Indian scripts typically use ‘letters’ that are associated with specific sounds. Taking this logic into account, Srikanth Rangachari, a twenty-four-year-old teacher, thought it would be fun to create a script, using symbols from currency around the world!
The “Currency Script”, as he calls it, is the fruit of his three-month labour. It has 51 letters, representing different sounds. For example, the US dollar sign represents the sound ‘da’, while the UK pound sign is ‘aa’ and the Nigerian naira sign is the ‘na’ sound. He has also incorporated common symbols such as ‘/’, ‘@’, and ‘*’ to create a script to fit almost any language!
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While some may doubt its accuracy, according to a report by The Hindu, Srikanth has used his script to rewrite 702 stanzas of 18 chapters of the Bhagavad Gita. Apart from that, he has also translated the national anthem into the ‘Currency Script’.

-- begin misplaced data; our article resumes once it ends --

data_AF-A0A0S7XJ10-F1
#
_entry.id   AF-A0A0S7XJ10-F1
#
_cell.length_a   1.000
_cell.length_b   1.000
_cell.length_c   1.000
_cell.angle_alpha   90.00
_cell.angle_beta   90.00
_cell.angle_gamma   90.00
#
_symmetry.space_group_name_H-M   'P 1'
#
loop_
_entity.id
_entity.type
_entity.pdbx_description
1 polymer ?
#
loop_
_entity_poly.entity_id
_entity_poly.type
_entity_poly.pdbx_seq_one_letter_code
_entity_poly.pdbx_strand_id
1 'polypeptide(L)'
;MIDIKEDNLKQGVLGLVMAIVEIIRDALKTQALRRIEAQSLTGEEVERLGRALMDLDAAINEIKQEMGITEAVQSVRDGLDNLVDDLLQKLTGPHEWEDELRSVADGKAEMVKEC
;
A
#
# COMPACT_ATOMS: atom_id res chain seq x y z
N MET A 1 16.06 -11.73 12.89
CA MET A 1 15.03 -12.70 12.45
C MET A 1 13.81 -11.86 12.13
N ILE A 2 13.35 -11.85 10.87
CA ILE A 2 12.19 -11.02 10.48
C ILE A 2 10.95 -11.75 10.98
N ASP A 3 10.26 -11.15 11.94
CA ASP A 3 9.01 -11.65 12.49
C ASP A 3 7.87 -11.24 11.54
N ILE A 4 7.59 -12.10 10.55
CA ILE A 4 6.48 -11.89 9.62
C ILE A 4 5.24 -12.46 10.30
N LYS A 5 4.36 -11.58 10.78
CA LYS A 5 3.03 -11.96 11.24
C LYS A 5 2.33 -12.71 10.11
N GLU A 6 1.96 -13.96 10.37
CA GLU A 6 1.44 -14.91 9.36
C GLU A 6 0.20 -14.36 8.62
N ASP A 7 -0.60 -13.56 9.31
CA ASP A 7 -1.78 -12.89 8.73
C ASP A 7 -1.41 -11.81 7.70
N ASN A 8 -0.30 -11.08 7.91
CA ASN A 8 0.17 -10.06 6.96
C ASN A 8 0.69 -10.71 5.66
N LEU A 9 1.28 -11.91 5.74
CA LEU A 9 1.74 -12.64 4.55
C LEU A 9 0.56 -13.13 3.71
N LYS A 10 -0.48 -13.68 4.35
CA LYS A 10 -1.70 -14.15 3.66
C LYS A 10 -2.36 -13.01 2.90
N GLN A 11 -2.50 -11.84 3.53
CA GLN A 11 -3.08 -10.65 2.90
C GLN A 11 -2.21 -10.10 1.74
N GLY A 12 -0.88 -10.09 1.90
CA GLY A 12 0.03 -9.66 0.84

This script has the potential to unlock several possibilities for the preservation of languages, according to Srikanth. In a conversation with The Hindu, he states, “People who don’t have a script can use it for writing their own languages”.
He adds that this is especially useful in tribal languages, which have no known scripts. While this has yet to be tested or implemented in a tribal language, the creation of this script also highlights the need to preserve tribal languages for posterity, and by giving it a unique script, it ensures that there is a written record for the future. For his efforts, he was recognised by the Amazing Book of Indian World Records.
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